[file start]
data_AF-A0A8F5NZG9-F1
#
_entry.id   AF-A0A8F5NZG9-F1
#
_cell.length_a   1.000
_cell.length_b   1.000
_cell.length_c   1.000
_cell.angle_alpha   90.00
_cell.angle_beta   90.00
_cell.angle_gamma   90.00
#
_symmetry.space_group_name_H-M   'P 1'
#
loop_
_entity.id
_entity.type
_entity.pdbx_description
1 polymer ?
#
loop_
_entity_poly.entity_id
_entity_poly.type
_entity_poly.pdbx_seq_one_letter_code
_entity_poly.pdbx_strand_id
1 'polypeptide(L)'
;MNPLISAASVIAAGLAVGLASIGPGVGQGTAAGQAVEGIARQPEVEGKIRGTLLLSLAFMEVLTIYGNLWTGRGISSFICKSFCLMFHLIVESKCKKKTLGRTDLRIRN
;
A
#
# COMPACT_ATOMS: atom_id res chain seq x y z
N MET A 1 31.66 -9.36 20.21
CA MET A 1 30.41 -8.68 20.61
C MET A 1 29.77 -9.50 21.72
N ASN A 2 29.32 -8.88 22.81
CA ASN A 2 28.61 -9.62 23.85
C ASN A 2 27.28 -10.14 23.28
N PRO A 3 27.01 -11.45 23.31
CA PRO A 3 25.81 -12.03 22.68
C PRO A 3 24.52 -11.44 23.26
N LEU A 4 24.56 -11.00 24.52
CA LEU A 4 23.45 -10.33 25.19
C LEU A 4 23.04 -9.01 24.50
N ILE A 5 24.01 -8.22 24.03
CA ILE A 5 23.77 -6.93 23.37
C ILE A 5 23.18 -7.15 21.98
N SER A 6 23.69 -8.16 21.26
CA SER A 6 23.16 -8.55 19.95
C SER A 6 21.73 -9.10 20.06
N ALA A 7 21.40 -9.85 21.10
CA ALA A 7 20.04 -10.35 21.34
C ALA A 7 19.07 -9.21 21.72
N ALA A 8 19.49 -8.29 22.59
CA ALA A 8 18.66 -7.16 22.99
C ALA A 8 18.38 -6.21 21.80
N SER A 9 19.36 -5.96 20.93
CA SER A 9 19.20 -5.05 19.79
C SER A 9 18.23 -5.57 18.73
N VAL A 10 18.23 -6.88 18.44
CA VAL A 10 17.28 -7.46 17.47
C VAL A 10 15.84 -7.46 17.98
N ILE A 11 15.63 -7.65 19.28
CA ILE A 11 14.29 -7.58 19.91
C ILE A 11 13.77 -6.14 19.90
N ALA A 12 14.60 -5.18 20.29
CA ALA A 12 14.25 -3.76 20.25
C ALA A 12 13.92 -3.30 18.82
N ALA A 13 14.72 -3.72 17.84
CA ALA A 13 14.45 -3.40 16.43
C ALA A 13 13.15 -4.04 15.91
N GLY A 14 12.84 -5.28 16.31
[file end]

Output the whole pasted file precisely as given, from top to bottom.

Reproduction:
data_AF-A0A8F5NZG9-F1
#
_entry.id   AF-A0A8F5NZG9-F1
#
_cell.length_a   1.000
_cell.length_b   1.000
_cell.length_c   1.000
_cell.angle_alpha   90.00
_cell.angle_beta   90.00
_cell.angle_gamma   90.00
#
_symmetry.space_group_name_H-M   'P 1'
#
loop_
_entity.id
_entity.type
_entity.pdbx_description
1 polymer ?
#
loop_
_entity_poly.entity_id
_entity_poly.type
_entity_poly.pdbx_seq_one_letter_code
_entity_poly.pdbx_strand_id
1 'polypeptide(L)'
;MNPLISAASVIAAGLAVGLASIGPGVGQGTAAGQAVEGIARQPEVEGKIRGTLLLSLAFMEVLTIYGNLWTGRGISSFICKSFCLMFHLIVESKCKKKTLGRTDLRIRN
;
A
#
# COMPACT_ATOMS: atom_id res chain seq x y z
N MET A 1 31.66 -9.36 20.21
CA MET A 1 30.41 -8.68 20.61
C MET A 1 29.77 -9.50 21.72
N ASN A 2 29.32 -8.88 22.81
CA ASN A 2 28.61 -9.62 23.85
C ASN A 2 27.28 -10.14 23.28
N PRO A 3 27.01 -11.45 23.31
CA PRO A 3 25.81 -12.03 22.68
C PRO A 3 24.52 -11.44 23.26
N LEU A 4 24.56 -11.00 24.52
CA LEU A 4 23.45 -10.33 25.19
C LEU A 4 23.04 -9.01 24.50
N ILE A 5 24.01 -8.22 24.03
CA ILE A 5 23.77 -6.93 23.37
C ILE A 5 23.18 -7.15 21.98
N SER A 6 23.69 -8.16 21.26
CA SER A 6 23.16 -8.55 19.95
C SER A 6 21.73 -9.10 20.06
N ALA A 7 21.40 -9.85 21.10
CA ALA A 7 20.04 -10.35 21.34
C ALA A 7 19.07 -9.21 21.72
N ALA A 8 19.49 -8.29 22.59
CA ALA A 8 18.66 -7.16 22.99
C ALA A 8 18.38 -6.21 21.80
N SER A 9 19.36 -5.96 20.93
CA SER A 9 19.20 -5.05 19.79
C SER A 9 18.23 -5.57 18.73
N VAL A 10 18.23 -6.88 18.44
CA VAL A 10 17.28 -7.46 17.47
C VAL A 10 15.84 -7.46 17.98
N ILE A 11 15.63 -7.65 19.28
CA ILE A 11 14.29 -7.58 19.91
C ILE A 11 13.77 -6.14 19.90
N ALA A 12 14.60 -5.18 20.29
CA ALA A 12 14.25 -3.76 20.25
C ALA A 12 13.92 -3.30 18.82
N ALA A 13 14.72 -3.72 17.84
CA ALA A 13 14.45 -3.40 16.43
C ALA A 13 13.15 -4.04 15.91
N GLY A 14 12.84 -5.28 16.31